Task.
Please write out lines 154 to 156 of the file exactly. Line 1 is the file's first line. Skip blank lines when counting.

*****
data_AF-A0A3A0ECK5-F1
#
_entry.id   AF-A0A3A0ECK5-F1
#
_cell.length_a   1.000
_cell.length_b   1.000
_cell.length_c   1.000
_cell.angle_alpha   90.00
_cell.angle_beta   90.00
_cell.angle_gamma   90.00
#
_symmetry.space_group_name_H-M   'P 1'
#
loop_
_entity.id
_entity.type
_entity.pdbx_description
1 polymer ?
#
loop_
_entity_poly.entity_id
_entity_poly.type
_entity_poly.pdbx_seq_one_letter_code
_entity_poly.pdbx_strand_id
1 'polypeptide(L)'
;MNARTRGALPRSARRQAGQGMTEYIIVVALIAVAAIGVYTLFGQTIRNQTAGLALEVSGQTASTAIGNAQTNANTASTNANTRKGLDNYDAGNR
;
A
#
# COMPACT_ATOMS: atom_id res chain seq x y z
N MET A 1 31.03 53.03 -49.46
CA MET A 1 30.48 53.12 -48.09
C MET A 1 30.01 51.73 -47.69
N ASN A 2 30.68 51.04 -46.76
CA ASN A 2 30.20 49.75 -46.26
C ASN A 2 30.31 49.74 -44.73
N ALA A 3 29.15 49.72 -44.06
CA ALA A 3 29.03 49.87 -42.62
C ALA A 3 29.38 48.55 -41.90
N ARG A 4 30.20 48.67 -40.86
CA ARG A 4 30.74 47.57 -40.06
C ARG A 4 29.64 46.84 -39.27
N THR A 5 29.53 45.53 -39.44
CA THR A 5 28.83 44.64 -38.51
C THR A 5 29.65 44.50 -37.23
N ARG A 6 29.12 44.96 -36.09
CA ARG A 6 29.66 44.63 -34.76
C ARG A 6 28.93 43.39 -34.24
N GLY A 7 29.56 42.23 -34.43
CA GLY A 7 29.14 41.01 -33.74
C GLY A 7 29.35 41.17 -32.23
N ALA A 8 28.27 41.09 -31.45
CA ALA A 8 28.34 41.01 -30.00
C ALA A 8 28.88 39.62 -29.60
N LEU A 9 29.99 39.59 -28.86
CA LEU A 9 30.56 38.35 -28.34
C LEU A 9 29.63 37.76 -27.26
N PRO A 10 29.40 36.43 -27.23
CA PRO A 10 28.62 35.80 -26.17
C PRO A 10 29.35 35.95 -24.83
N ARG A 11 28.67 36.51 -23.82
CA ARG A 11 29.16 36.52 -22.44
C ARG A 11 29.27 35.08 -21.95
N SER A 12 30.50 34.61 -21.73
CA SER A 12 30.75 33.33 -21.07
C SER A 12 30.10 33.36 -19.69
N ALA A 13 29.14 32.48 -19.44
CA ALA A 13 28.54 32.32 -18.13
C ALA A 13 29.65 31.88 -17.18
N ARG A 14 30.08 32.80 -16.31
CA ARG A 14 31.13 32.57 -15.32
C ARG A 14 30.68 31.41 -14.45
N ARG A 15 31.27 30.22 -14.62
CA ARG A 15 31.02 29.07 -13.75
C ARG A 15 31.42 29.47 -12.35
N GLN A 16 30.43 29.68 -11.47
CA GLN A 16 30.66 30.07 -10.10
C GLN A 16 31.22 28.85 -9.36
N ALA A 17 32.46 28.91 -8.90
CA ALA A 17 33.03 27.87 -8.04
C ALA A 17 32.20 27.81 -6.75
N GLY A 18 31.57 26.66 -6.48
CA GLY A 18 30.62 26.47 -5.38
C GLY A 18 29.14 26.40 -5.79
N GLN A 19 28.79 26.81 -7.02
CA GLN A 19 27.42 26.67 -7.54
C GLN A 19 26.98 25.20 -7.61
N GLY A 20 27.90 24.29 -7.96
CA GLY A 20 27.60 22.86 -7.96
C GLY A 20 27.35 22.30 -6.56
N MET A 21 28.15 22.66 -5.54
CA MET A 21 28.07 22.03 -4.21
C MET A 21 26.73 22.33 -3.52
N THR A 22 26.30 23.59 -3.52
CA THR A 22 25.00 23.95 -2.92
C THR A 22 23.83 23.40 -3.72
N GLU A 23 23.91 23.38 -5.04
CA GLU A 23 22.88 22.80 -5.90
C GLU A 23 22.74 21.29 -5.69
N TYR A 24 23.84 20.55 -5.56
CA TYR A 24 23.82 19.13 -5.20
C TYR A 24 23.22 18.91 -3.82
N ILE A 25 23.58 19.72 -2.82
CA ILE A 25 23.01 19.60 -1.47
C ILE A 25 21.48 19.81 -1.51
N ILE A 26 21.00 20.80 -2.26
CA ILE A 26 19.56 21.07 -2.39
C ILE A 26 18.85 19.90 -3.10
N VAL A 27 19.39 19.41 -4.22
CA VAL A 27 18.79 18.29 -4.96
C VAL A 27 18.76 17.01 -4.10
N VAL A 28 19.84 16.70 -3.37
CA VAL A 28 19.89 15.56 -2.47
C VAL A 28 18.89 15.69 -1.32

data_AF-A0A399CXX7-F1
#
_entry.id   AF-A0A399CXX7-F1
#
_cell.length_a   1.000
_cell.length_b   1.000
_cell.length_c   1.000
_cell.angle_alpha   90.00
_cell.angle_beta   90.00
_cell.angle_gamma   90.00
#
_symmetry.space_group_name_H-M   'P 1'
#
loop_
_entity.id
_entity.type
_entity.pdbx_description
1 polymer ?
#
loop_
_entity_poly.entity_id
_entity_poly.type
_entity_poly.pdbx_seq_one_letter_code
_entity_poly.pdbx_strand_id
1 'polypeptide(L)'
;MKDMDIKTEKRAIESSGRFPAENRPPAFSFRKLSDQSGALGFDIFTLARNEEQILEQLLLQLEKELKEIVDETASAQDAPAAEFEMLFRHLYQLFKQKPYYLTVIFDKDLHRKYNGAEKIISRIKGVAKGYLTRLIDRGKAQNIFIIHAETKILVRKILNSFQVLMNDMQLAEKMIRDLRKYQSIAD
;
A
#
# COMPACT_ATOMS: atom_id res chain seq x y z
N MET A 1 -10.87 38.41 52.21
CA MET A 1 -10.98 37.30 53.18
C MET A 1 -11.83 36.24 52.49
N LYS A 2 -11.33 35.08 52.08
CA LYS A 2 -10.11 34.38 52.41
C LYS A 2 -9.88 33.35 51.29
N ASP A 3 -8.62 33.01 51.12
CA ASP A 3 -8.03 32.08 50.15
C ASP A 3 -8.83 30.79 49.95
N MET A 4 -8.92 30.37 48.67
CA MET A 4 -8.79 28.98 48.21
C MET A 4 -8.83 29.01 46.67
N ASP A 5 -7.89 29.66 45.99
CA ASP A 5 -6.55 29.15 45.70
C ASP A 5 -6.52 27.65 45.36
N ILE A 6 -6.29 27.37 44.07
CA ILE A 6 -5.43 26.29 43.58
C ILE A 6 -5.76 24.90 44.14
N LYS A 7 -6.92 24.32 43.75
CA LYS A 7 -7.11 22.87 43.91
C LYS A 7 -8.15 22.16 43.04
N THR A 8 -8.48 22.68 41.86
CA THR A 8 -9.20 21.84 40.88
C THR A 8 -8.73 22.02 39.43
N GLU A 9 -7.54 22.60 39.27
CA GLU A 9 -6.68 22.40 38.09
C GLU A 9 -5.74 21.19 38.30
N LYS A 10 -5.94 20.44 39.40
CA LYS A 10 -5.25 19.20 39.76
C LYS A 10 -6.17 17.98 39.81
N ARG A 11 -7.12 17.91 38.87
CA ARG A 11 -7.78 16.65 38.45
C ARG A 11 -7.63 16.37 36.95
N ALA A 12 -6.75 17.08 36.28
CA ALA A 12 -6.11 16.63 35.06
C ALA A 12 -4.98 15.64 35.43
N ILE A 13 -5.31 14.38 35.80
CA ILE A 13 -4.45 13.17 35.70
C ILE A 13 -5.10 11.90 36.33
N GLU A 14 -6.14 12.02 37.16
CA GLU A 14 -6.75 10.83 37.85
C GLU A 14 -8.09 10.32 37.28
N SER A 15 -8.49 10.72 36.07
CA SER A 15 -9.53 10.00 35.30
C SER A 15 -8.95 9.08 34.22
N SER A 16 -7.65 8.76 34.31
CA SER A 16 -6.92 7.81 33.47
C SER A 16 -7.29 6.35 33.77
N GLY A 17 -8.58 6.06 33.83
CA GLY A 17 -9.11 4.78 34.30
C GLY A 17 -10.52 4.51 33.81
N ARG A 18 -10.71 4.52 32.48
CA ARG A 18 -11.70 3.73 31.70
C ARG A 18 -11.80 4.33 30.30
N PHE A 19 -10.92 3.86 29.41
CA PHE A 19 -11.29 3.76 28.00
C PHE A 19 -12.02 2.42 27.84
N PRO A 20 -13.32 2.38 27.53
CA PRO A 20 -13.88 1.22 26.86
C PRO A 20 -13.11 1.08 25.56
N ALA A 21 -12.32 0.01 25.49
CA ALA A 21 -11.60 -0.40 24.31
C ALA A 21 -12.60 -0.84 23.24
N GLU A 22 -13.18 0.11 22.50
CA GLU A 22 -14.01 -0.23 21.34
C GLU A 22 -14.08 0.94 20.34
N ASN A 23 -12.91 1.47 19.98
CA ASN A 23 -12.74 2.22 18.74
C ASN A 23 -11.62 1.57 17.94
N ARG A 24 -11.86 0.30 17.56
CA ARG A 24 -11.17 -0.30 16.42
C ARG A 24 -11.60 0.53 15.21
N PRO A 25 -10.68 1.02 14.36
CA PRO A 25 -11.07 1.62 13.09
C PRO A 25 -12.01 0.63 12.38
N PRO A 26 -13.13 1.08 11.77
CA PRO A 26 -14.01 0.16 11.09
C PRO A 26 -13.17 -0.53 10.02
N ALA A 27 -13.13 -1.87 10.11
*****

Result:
N MET A 4 -8.92 30.37 48.67
CA MET A 4 -8.79 28.98 48.21
C MET A 4 -8.83 29.01 46.67